Round Up Boys Liner Notes

     Like many other Round Up Boys fans, I'll always remember the Friday I sauntered into Nelson's Buffeteria in downtown Tulsa, looking for lunch (a Brown Derby with mashed potatoes was my favorite) and joyously finding a live band, playing western swing and classic hillbilly music, right there among the diners.  The Round Up Boys drew such a following on their lunchtime-Friday appearances that, at times, the line for cafeteria service extended out the door and well down the sidewalk-which was all right, of course, as long as you could listen to their music while you waited.

     That was several years ago, and Nelson's is gone now - but the Round Up Boys certainly aren't.  They've just moved nine blocks north (hence the name of this disc) appearing regularly at a venue that fits them like a pair of boots fits a hardwood floor.  It's Cain's Ballroom, the famed home for more than a quarter of a century of western-swing pioneers Bob and Johnnie Lee Wills, from whom the Round Up Boys not only draw inspiration, but a good deal of their repertoire as well.

     The Wills bands were, of course, dance bands, and somewhere on the road between the late Nelson's and the still-lively Cain's, the Round Up Boys also metamorphoses from a laid-back aggregation of acoustic pickers into a first-class dancehall outfit, handling swing and two-steppers and Ray Price shuffles with verve, enthusiasm, and a sure-handed, easily identifiable style.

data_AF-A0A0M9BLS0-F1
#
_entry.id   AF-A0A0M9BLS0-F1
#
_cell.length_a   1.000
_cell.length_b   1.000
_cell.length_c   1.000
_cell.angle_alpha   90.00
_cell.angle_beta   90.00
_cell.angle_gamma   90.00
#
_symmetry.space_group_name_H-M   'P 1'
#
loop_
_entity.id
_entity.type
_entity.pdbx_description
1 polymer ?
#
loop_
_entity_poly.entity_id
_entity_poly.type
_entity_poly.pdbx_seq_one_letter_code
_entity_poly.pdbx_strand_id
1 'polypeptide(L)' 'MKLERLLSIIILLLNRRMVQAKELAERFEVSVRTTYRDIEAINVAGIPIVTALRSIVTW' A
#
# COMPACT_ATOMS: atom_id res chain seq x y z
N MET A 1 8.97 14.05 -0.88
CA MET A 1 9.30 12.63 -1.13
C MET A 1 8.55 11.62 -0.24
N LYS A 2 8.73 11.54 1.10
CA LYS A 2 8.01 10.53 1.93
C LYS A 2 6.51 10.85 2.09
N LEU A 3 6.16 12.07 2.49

You don't need me to tell you that.  All you need to do is take a listen to this fine disc, which features a slate of standards done the Round Up Boys' way, along with a pair of originals that fit right in.  One of them is even a Song of Inspiration, just like we used to hear at the end of every hour when barnburner radio station KVOO was blasting the Wills brothers' western swing from Tulsa clear to the Pacific Ocean.

     And speaking of radio, big thanks to leader Bob Fjeldsted and the boys for immortalizing my own public-radio show wht the new verse you'll hear in their version of the Wills classic "Take Me Back to Tulsa."  What an honor, especially coming from a group of guys who've been a vital part of my playlist from the beginning!

John Wooley, host
Swing on This
7-8pm  Saturdays
KWGS (89.5 FM, streaming at www.kwgs.org )

 


 From: Jana Jae
To: Bob Fjeldsted
Sent: November 19, 2009 12:02:11 AM
Subject: Here 'tis, Bob!

Bob Fjeldsted and the Roundup Boys are delightful!  If you want to be entertained and enjoy authentic Western Swing, then Bob and the Boys are the ticket.  Plus, they are always a professionally dressed, sharp group of guys!  Enjoy!   - Jana Jae

 


From: "cjazzrox@aol.com"
To: roundupboys@att.net
Sent: October 27, 2009 2:47:25 PM
Subject: Re: Testimonial

"We have had the pleasure of presenting the Round-Up Boys in concert at the Oklahoma Jazz Hall of Fame and it was a knock-out evening of entertainment and fine musicianship.  What a thrill for all in attendance - simply the best!"  Chuck Cissel, Artistic Director OJHF


Charles "Chuck" Cissel


 

 

423 North Main Street * Tulsa, Oklahoma 74103

(918) 584-2306 * Fax (918) 583-7014

 

Ah the Round-Up Boys. What a breath of fresh air. Their music brings back the sound of Bob Wills and the Texas Playboys and makes you feel as though you are watching Bob and his brothers perform. The music takes you back to a place in time. It’s always a pleasure to see the guys in concert and hear them continue the legacy of western swing music.

The guys are some of the nicest most genuine fellows to work with in the business.

Thanks,

Brad Harris                                                 Chad A. Rodgers
Production Manager                               General Manager
Cain’s Ballroom                                       Cain’s Ballroom
brad@cainsballroom.com                      chad@cainsballroom.com


 





© TTWS